resim 353
resim 353

(New York) The dollar regained a little height against the euro on Thursday after a more moderate increase in the main key rate of the European Central Bank (ECB), but remains penalized by the decline in US bond rates.

Around 3:55 p.m. (Eastern time), the greenback took 0.43% against the single currency, at 1.1015 dollars for one euro.

For Joe Manimbo, of Convera, this gain is essentially due to the ECB’s decision to only raise its key rate by a quarter of a percentage point, after six consecutive increases of at least half a percentage point. point.

The ECB noted that the tightening since last summer was already having a “strong” impact on credit conditions. “This is a signal that the ECB could be closer to a pause than initially anticipated, which would limit the fuel needed for a stronger euro,” said Joe Manimbo.

For traders, the likelihood of another quarter-point rate hike at the next ECB Governing Council meeting in mid-June is diminishing.

But the advance of the “greenback,” a nickname for the dollar, has been dampened by the easing of US bond rates.

The yield on 2-year US government bonds, more volatile than its 10-year equivalent and considered more representative of market expectations regarding the monetary trajectory of the Fed (the US central bank), stood at 3.76%, against 3.80% the previous day at the close.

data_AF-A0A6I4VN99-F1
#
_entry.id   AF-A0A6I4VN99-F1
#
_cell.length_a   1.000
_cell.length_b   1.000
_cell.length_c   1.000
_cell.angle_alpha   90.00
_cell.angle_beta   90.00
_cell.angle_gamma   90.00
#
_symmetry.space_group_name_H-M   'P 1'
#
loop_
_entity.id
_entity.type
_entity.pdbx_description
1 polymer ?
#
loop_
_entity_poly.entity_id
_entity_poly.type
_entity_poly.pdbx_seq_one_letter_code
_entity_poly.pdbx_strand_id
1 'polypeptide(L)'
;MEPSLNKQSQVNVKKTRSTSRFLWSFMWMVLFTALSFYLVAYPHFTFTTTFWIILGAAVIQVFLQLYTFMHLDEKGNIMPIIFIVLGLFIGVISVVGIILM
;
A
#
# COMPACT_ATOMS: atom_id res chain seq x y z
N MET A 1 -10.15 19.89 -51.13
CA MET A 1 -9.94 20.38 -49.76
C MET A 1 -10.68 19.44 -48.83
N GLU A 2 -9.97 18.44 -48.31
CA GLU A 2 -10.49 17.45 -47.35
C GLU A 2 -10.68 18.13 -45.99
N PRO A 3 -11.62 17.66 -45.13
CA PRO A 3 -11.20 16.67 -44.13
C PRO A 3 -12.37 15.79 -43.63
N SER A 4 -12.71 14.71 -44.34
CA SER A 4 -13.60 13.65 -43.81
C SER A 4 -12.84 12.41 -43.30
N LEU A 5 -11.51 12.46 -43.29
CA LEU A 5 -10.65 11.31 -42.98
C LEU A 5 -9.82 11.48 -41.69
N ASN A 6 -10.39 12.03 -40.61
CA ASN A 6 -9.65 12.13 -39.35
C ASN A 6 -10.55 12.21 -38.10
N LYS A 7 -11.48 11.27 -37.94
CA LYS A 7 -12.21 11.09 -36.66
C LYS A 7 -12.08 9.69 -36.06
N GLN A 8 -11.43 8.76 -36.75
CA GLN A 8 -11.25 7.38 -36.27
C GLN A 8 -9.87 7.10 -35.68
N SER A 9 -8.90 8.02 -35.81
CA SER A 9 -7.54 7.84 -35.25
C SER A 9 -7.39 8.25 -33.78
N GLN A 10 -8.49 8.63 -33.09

This decline more particularly cost the dollar against the yen, which is very sensitive to changes in US bond rates.

The greenback lost 0.39% against the Japanese currency, at 134.18 yen to the dollar.

Although Federal Reserve (Fed) Chairman Jerome Powell on Wednesday ruled out any cut in the Fed’s key rate in the short term, investors continue to expect a majority of four cuts of a quarter point each by the end of the month. end of the year.

“The market is telling us the Fed made a mistake, they’re wrong,” observed Brad Bechtel of Jefferies. “When you hit a peak in monetary tightening, the market is looking right away when” the central bank is going to change direction and cut rates, he added.

“Now that credit conditions are tightening and we want to know which (US) bank has not managed the risk of (rising) rates well,” he continued, which has been the case. Silicon Valley Bank (SVB), whose failure kicked off the banking crisis, “the market is trying to get the Fed to cut rates sooner than they would like. »

Thursday was thus the occasion of a new bloodbath for several American regional banks on Wall Street.